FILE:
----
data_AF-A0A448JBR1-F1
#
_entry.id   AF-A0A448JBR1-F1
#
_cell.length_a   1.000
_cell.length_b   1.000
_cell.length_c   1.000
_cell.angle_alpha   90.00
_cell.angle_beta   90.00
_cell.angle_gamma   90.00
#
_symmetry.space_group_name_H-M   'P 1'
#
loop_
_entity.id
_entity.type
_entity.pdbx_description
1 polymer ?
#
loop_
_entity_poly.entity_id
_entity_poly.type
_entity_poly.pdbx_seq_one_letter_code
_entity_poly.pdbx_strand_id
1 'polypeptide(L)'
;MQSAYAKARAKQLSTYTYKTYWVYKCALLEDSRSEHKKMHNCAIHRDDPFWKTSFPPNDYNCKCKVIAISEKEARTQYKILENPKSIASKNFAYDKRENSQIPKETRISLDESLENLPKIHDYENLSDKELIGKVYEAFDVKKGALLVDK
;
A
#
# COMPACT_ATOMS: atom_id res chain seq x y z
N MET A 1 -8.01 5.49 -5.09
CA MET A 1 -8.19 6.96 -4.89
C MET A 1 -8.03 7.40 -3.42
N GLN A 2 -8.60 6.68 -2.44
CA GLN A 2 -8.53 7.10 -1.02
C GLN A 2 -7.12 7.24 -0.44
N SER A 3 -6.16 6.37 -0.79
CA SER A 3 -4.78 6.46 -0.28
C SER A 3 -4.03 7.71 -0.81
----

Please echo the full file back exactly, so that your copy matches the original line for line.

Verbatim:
data_AF-A0A448JBR1-F1
#
_entry.id   AF-A0A448JBR1-F1
#
_cell.length_a   1.000
_cell.length_b   1.000
_cell.length_c   1.000
_cell.angle_alpha   90.00
_cell.angle_beta   90.00
_cell.angle_gamma   90.00
#
_symmetry.space_group_name_H-M   'P 1'
#
loop_
_entity.id
_entity.type
_entity.pdbx_description
1 polymer ?
#
loop_
_entity_poly.entity_id
_entity_poly.type
_entity_poly.pdbx_seq_one_letter_code
_entity_poly.pdbx_strand_id
1 'polypeptide(L)'
;MQSAYAKARAKQLSTYTYKTYWVYKCALLEDSRSEHKKMHNCAIHRDDPFWKTSFPPNDYNCKCKVIAISEKEARTQYKILENPKSIASKNFAYDKRENSQIPKETRISLDESLENLPKIHDYENLSDKELIGKVYEAFDVKKGALLVDK
;
A
#
# COMPACT_ATOMS: atom_id res chain seq x y z
N MET A 1 -8.01 5.49 -5.09
CA MET A 1 -8.19 6.96 -4.89
C MET A 1 -8.03 7.40 -3.42
N GLN A 2 -8.60 6.68 -2.44
CA GLN A 2 -8.53 7.10 -1.02
C GLN A 2 -7.12 7.24 -0.44
N SER A 3 -6.16 6.37 -0.79
CA SER A 3 -4.78 6.46 -0.28
C SER A 3 -4.03 7.71 -0.81